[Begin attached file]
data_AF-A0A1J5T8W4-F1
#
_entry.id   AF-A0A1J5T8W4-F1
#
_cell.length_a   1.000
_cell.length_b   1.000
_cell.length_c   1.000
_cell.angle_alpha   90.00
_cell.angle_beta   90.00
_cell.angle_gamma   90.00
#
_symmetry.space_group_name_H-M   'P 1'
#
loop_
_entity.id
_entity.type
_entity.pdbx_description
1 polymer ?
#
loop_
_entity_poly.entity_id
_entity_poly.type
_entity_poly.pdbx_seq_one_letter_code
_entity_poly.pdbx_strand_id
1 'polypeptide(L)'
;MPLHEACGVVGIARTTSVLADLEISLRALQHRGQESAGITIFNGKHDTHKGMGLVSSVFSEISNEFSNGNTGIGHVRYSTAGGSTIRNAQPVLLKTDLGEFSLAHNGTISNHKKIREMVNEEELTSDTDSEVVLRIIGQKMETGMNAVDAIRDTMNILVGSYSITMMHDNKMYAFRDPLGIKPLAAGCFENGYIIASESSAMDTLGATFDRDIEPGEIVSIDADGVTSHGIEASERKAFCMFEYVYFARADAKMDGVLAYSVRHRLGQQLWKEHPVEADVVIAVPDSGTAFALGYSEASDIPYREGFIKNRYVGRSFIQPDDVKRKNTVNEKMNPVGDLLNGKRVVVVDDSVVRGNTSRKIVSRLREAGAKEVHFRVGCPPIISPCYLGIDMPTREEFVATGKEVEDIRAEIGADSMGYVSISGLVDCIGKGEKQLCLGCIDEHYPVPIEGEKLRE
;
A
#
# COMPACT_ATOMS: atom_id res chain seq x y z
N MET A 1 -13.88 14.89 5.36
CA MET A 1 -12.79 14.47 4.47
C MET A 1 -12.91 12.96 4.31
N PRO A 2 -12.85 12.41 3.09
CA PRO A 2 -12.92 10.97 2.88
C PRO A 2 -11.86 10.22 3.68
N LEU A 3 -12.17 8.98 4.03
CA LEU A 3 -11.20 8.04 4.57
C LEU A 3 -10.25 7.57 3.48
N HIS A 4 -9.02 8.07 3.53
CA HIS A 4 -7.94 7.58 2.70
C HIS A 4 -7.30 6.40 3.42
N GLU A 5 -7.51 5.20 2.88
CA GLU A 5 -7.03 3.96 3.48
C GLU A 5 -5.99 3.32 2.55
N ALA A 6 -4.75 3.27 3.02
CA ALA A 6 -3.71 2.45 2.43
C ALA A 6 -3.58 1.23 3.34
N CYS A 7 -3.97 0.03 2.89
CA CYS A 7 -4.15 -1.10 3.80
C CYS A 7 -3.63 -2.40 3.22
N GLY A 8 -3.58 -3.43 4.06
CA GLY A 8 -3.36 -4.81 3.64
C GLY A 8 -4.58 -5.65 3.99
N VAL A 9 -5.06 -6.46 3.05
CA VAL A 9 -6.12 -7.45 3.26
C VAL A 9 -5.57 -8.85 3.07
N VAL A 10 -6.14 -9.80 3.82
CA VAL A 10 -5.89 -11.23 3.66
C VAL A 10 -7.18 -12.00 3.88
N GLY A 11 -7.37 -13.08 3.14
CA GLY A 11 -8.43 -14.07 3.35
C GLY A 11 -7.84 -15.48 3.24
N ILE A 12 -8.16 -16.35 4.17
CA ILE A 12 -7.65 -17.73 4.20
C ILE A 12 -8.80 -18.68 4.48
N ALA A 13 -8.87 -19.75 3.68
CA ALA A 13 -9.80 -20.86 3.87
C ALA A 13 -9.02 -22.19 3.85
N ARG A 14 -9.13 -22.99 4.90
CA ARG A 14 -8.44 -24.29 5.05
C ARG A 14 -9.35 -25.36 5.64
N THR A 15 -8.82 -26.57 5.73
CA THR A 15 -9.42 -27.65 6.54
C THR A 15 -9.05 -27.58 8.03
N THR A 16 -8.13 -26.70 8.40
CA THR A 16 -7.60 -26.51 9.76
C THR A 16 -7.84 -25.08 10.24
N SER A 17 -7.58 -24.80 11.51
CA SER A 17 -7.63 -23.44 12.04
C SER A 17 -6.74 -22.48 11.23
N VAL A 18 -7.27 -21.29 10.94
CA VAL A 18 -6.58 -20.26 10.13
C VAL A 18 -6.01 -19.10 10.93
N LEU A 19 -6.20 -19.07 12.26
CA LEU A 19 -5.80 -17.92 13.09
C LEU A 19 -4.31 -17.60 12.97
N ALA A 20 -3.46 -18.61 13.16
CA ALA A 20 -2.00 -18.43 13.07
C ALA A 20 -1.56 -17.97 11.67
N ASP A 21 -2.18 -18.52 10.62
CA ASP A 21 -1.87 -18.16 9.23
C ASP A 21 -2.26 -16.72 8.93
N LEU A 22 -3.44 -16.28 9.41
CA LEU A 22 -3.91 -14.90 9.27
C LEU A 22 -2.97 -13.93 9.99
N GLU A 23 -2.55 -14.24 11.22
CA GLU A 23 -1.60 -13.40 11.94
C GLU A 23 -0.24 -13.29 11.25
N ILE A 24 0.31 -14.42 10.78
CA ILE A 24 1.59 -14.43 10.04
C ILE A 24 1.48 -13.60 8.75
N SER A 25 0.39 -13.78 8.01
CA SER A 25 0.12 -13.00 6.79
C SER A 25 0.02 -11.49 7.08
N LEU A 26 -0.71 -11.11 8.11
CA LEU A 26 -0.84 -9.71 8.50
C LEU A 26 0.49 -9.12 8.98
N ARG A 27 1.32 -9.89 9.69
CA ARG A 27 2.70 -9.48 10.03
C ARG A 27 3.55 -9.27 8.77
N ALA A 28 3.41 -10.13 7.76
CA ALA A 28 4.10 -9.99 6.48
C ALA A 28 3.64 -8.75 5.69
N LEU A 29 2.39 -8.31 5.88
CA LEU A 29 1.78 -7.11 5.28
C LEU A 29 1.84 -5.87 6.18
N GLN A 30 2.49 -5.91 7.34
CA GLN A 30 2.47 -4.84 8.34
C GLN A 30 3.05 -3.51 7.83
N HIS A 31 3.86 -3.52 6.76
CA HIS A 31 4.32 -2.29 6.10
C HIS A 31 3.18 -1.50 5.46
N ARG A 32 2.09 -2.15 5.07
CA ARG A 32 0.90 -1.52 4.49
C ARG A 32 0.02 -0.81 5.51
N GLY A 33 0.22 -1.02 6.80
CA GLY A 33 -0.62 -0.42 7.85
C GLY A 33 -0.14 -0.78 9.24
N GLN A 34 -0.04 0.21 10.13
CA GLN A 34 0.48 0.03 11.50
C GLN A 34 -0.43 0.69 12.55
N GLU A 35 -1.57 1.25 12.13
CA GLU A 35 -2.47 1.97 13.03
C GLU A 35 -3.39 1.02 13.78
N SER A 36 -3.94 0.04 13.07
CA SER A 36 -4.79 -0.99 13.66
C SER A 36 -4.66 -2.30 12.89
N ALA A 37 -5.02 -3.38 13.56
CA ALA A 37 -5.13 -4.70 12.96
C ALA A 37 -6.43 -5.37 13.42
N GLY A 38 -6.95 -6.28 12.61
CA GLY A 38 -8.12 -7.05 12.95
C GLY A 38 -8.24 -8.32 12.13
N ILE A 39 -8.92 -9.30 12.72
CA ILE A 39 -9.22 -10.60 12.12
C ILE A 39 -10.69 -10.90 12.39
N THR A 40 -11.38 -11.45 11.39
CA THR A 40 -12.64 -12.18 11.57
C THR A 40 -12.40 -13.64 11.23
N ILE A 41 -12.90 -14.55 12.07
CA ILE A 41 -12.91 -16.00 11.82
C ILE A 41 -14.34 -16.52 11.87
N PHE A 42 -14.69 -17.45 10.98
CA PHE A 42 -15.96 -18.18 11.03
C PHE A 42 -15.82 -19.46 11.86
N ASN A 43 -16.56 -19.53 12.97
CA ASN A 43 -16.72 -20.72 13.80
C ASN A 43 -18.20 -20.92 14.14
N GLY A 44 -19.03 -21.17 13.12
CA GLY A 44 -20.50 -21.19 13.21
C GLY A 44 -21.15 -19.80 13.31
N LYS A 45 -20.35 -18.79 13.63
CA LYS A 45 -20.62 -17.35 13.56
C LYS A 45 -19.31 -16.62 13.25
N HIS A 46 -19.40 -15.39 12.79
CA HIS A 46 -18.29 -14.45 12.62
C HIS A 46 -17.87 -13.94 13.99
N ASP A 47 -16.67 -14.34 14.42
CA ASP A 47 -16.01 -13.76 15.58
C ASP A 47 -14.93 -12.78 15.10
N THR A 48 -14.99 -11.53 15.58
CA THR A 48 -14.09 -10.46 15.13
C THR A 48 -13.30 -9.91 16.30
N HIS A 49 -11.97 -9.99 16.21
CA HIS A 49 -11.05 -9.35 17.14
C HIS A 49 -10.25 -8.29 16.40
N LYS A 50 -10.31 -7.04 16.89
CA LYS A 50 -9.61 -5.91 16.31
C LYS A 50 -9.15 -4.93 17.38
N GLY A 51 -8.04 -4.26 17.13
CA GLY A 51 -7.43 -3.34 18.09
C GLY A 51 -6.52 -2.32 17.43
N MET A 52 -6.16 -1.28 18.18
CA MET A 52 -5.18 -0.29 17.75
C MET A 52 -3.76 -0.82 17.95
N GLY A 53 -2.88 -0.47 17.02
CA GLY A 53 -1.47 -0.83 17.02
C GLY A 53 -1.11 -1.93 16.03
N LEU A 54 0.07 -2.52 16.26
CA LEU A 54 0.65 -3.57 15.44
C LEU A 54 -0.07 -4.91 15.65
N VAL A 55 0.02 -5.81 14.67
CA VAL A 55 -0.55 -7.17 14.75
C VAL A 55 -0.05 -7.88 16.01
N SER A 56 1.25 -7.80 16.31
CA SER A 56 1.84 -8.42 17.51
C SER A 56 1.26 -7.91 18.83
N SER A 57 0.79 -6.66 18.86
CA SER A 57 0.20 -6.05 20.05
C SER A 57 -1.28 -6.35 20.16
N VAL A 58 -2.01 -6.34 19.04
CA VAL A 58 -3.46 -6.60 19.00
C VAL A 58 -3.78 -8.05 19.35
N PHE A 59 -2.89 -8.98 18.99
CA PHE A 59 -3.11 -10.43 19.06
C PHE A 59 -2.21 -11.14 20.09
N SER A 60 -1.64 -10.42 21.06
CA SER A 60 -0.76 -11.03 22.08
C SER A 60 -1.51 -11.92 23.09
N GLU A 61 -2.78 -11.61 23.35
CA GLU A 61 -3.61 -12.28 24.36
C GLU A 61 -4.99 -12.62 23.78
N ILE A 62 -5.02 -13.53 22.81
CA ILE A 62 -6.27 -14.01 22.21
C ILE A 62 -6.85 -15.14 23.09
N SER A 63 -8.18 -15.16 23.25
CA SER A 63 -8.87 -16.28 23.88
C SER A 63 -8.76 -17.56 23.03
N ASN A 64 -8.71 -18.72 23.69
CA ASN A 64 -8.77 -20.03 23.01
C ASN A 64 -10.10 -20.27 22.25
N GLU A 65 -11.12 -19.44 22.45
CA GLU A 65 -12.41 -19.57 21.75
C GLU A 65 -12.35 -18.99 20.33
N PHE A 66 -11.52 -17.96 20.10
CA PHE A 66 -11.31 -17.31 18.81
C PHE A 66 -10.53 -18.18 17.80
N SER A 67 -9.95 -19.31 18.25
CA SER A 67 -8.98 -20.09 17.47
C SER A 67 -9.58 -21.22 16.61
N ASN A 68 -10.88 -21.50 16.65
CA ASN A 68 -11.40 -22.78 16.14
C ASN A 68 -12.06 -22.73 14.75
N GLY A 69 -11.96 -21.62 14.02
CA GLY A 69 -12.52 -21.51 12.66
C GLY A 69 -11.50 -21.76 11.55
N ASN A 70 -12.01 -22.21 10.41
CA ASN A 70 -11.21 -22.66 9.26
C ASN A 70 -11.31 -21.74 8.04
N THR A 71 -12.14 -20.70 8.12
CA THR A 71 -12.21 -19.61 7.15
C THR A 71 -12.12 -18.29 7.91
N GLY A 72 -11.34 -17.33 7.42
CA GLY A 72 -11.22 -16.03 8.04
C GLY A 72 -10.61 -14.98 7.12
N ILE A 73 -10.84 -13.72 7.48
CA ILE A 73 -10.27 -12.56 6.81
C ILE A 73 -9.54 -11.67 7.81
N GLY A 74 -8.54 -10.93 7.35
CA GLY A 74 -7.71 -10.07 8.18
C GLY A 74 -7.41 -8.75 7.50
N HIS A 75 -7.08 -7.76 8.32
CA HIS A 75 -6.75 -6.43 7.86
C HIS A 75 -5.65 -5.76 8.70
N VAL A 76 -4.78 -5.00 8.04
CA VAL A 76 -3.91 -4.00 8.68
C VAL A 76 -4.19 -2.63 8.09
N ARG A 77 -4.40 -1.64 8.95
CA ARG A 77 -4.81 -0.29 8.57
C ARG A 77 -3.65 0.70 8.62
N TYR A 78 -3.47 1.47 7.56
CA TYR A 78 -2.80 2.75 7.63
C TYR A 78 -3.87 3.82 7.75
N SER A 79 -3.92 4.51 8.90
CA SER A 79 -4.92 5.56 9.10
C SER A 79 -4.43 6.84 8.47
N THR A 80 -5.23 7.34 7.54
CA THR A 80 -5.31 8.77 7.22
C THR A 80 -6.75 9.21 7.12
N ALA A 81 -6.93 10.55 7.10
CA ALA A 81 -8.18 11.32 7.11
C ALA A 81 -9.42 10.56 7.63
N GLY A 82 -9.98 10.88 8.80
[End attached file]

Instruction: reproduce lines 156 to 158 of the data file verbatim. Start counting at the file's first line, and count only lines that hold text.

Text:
C PHE A 42 -15.82 -19.46 11.86
N ASN A 43 -16.56 -19.53 12.97
CA ASN A 43 -16.72 -20.72 13.80